TABLE 3— Demographic Characteristics: Northwest American Indians and Alaska Natives (n = 288)
 No. (%)
    Male106 (36.8)
    Female182 (63.2)
Age, y
    40–49116 (40.3)
    50–5983 (28.8)
    60–6949 (17.0)
    ≥ 7040 (13.9)
Marital status
    Married132 (45.8)
    Other150 (52.1)
    Unknown6 (2.1)
    < HS/GED45 (15.6)
    HS/GED79 (27.4)
    > HS/GED159 (55.2)
    Unknown5 (1.7)
    Yes162 (56.3)
    No121 (42.0)
    Unknown5 (1.7)
Income, % povertya
    < 10049 (17.0)
    101–15052 (18.1)
    151–20035 (12.2)
    > 200127 (44.1)
    Unknown25 (8.7)
Percentage AIAN
    ≤ 25%37 (12.8)
    > 25%–50%49 (17.0)
    > 50% to < 100%79 (27.4)
    100%104 (36.1)
    Unknown19 (6.5)

Note. HS = high school; GED = general equivalency diploma; AIAN = American Indian/Alaska Native.

aAccording to 2001 federal poverty level.24

TABLE 4— Prevalence of Common Eye Problems: Northwest American Indians and Alaska Natives (N = 288)
TABLE 4— Prevalence of Common Eye Problems: Northwest American Indians and Alaska Natives (N = 288)
Eye ProblemaOverall, % (95% CI)Right Eye, % (95% CI)Left Eye, % (95% CI)
Undercorrected refractive error
    Distance vision18.1 (13.6, 22.6)13.2 (9.2, 17.2)11.5 (7.7, 15.3)
    Near vision30.6 (25.2, 36.0)21.5 (16.7, 26.3)23.6 (18.6, 28.6)
Blindness0.3 (0.0, 1.0). . .. . .
Visual impairment3.1 (1.0, 5.0). . .. . .
Age-related maculopathy
    Early16.9 (12.5, 21.3)16.8 (12.4, 21.2)17.2 (13.1, 22.1)
    Late1.4 (0, 2.8)1.3 (0, 2.6)0.4 (0, 1.1)
Cataract12.2 (8.3, 16.1)10.4 (6.8, 14.0)10.0 (6.5, 13.5)
Glaucoma6.2 (2.6, 7.8)3.6 (1.4, 5.8)6.1 (3.3, 8.9)
Ocular hypertension0.004 (0, 1.1)0.004 (0, 1.1). . .
Diabetic retinopathy
    Nonproliferative diabetic retinopathy4.2 (1.8, 6.6)4.0 (1.7, 6.3)4.0 (1.7, 6.3)
    Proliferative diabetic retinopathy1.8 (0.2, 3.4)1.8 (0.2, 3.4)1.8 (0.2, 3.4)

Note. CI = confidence interval.

aTable 2 contains case definitions of eye problems.

This study was supported by the American Glaucoma Society, Alcon, Allergan, and the National Eye Institute (grant NEI 1 K23 EY0155501-01 to S.L.M.), the Lions Sight and Hearing Foundation (grant to C.A.J.), the Center for Healthy Communities (grant to T.M.B. and S.L.M), the Peel Medical Research Trust (grant to B. E.), and the TFC Frost Charitable Trust (grant to B. E.).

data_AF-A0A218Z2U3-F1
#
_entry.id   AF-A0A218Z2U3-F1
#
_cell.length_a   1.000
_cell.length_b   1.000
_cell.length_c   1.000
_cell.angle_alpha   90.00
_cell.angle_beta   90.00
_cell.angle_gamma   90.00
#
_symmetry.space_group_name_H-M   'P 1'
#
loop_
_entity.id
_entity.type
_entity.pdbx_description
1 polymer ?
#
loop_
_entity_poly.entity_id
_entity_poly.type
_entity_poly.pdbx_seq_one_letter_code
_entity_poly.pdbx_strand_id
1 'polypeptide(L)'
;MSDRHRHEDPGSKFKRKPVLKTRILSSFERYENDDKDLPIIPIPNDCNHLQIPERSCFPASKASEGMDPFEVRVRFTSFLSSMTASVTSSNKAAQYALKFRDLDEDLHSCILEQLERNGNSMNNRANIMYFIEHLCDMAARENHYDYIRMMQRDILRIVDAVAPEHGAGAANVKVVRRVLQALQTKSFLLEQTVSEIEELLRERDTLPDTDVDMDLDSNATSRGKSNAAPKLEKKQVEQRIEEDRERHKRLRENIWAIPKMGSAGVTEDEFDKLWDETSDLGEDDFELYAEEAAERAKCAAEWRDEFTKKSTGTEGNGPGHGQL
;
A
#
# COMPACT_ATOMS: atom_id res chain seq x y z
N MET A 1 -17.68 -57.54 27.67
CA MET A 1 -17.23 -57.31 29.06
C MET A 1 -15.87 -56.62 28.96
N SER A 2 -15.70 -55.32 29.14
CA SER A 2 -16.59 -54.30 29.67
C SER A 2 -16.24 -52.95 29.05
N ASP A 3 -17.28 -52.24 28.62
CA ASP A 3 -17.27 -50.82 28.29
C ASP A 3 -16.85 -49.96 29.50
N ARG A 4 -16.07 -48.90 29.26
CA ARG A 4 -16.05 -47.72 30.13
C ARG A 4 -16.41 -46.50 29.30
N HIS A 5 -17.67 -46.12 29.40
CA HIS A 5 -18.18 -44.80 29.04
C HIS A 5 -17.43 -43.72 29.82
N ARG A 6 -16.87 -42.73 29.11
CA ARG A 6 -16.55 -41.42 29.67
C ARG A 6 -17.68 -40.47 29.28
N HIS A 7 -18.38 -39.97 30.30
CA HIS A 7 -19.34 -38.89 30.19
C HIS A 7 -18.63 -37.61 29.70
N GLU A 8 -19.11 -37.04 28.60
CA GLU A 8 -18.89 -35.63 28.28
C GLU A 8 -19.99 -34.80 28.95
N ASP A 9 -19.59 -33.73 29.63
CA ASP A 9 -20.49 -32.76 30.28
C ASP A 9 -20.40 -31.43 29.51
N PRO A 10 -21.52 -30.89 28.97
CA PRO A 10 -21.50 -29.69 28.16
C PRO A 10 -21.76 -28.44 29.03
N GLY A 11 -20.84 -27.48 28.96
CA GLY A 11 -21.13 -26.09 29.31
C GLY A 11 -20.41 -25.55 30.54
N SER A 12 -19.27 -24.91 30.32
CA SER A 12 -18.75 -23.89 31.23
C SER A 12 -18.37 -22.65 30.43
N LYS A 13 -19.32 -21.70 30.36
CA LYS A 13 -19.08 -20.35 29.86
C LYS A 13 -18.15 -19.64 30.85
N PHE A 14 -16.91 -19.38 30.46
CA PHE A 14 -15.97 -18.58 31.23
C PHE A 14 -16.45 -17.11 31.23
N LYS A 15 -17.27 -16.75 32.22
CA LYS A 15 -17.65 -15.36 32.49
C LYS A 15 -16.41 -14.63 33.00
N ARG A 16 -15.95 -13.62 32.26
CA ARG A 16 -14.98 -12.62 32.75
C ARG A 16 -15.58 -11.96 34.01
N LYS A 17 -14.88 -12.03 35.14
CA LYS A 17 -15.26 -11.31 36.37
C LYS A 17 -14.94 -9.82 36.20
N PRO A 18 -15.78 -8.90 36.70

This study was presented in part at the 14th Annual Meeting of the American Glaucoma Society, Sarasota, Fla, March 4–7, 2004.

We thank Shaban Demirel, Peter Francis, Cindy Blachly, Judy Thompson, Kathryn Sherman, Douglas Romero, and Karin Novitsky for assistance with data collection.

Human Participant Protection The institutional review boards of the Portland Area Indian Health Service and Legacy Health System approved this pilot study. The leadership committees of the participating tribes signed tribal resolutions allowing us to perform the study. All identifying information was kept confidential. The participants signed a consent form.


1. Tielsch JM, Sommer A, Witt K, Katz J, Royall RM. Blindness and visual impairment in an American urban population: the Baltimore Eye Survey. Arch Ophthalmol. 1990;108:286–290. Crossref, MedlineGoogle Scholar
2. Sommer A, Tielsch JM, Katz J, et al. Racial differences in the cause-specific prevalence of blindness in east Baltimore. N Engl J Med. 1991;325:1412–1417. Crossref, MedlineGoogle Scholar
3. Rodriguez J, Sanchez R, Munoz B, et al. Causes of blindness and visual impairment in a population-based sample of US Hispanics. Ophthalmology. 2002;109: 737–743. Crossref, MedlineGoogle Scholar
4. Klein R, Wang Q, Klein BE, Moss SE, Meuer SM. The relationship of age-related maculopathy, cataract, and glaucoma to visual acuity. Invest Ophthalmol Vis Sci. 1995;36:182–191. MedlineGoogle Scholar
5. Varma R, Ying-Lai M, Klein R, Azen SP. Prevalence and risk indicators of visual impairment and blindness in Latinos: the Los Angeles Latino Eye Study. Ophthalmology. 2004;111:1132–1140. Crossref, MedlineGoogle Scholar
6. Friederich R. Eye disease in the Navajo Indians. Ann Ophthalmol. 1982;14:38–40. MedlineGoogle Scholar
7. Van Rens GH, Arkell SM, Charlton W, Doesburg W. Primary angle-closure glaucoma among Alaskan Eskimos. Doc Ophthalmol. 1988;70:265–276. Crossref, MedlineGoogle Scholar
8. Arkell SM, Lightman DA, Sommer A, Taylor HR, Korshin OM, Tielsch JM. The prevalence of glaucoma among Eskimos of northwest Alaska. Arch Ophthalmol. 1987;105:482–485. Crossref, MedlineGoogle Scholar
9. Behavioral Risk Factor Surveillance System Survey Questionnaire. Atlanta, Ga: Centers for Disease Control and Prevention, US Dept of Health and Human Services; 2001. Available at: http://www.cdc.gov.bfrss. Accessed October 2002. Google Scholar
10. Mangione CM, Lee PP, Gutierrez PR, Spritzer K, Berry S, Hays RD. Development of the 25-item National Eye Institute Visual Function Questionnaire. Arch Ophthalmol. 2001;119:1050–1058. Crossref, MedlineGoogle Scholar
11. Chobanian AV, Bakris GL, Black HR, et al. Seventh report of the Joint National Committee on Prevention, Detection, Evaluation, and Treatment of High Blood Pressure. Hypertension. 2003;42:1206–1252. Crossref, MedlineGoogle Scholar
12. Foster PJ, Devereux JG, Alsbirk PH, et al. Detection of gonioscopically occludable angles and primary angle closure glaucoma by estimation of limbal chamber depth in Asians: modified grading scheme. Br J Ophthalmol. 2000;84:186–192. Crossref, MedlineGoogle Scholar